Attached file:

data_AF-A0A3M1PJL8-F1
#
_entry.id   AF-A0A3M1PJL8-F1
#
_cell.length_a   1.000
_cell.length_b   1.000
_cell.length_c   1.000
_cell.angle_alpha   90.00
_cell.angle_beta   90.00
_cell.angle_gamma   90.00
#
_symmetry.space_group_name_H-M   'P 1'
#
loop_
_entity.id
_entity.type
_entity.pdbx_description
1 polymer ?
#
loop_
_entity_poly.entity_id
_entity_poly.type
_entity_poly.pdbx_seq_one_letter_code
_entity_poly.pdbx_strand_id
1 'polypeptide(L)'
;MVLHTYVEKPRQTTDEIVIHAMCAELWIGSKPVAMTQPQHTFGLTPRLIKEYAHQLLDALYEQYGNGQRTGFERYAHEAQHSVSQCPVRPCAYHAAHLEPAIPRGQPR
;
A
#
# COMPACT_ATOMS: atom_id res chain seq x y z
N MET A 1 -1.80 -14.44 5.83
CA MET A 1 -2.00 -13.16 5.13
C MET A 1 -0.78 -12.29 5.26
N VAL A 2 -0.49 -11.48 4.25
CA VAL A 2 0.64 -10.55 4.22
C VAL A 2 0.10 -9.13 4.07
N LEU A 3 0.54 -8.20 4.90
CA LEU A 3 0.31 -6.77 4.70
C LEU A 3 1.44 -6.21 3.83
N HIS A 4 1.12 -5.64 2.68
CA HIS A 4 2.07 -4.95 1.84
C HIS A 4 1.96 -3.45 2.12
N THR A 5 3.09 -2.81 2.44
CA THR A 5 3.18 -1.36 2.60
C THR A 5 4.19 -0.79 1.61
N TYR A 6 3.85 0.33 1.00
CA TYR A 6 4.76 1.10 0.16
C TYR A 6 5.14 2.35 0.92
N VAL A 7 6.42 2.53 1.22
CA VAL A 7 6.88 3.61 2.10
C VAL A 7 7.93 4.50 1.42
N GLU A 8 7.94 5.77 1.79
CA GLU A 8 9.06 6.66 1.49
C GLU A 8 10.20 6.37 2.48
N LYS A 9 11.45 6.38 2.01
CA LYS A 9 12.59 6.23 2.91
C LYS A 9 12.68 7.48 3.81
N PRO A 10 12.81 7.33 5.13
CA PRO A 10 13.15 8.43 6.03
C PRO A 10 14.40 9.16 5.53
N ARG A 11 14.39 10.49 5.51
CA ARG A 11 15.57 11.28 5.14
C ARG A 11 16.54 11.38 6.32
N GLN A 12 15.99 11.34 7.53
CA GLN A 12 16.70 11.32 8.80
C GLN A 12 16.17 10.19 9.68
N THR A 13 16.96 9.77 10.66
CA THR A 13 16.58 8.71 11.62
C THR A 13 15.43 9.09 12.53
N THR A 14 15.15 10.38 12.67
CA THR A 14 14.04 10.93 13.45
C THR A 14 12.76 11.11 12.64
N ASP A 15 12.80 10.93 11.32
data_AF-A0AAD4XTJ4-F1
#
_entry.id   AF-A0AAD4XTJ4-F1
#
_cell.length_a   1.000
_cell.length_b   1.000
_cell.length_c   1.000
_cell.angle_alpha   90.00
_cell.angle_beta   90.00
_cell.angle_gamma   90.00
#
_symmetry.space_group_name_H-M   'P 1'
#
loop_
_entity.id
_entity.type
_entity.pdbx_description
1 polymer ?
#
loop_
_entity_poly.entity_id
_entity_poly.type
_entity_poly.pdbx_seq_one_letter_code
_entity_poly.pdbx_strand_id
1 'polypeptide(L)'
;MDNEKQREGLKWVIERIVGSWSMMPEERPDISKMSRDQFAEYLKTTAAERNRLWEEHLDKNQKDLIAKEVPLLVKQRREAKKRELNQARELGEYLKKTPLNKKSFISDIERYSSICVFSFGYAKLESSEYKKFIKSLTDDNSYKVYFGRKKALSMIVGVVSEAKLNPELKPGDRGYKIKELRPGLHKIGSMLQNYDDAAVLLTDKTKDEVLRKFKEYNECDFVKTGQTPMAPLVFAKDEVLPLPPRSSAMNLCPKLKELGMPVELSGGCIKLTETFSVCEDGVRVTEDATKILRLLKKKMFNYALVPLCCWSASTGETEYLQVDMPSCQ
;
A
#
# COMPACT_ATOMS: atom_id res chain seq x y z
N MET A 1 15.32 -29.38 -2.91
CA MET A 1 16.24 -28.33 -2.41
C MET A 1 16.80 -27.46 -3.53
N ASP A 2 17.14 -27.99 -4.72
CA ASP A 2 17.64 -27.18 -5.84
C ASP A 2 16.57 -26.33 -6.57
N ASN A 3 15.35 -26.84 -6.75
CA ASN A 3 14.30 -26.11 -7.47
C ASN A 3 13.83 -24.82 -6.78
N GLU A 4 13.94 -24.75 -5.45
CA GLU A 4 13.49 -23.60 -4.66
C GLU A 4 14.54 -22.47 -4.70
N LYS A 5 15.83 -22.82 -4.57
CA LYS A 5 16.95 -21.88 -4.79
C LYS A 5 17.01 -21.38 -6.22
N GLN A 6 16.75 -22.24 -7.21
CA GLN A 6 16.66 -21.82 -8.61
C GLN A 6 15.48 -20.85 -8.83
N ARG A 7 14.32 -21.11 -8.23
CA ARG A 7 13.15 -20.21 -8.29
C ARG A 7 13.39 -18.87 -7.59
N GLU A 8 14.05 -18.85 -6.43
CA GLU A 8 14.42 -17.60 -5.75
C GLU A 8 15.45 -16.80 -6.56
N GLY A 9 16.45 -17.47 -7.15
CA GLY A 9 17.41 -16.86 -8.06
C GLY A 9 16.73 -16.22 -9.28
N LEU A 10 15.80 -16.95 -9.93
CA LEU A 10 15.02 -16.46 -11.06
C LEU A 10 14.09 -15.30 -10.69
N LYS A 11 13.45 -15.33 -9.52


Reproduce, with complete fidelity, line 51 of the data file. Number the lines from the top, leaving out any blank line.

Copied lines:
C VAL A 7 7.93 4.50 1.42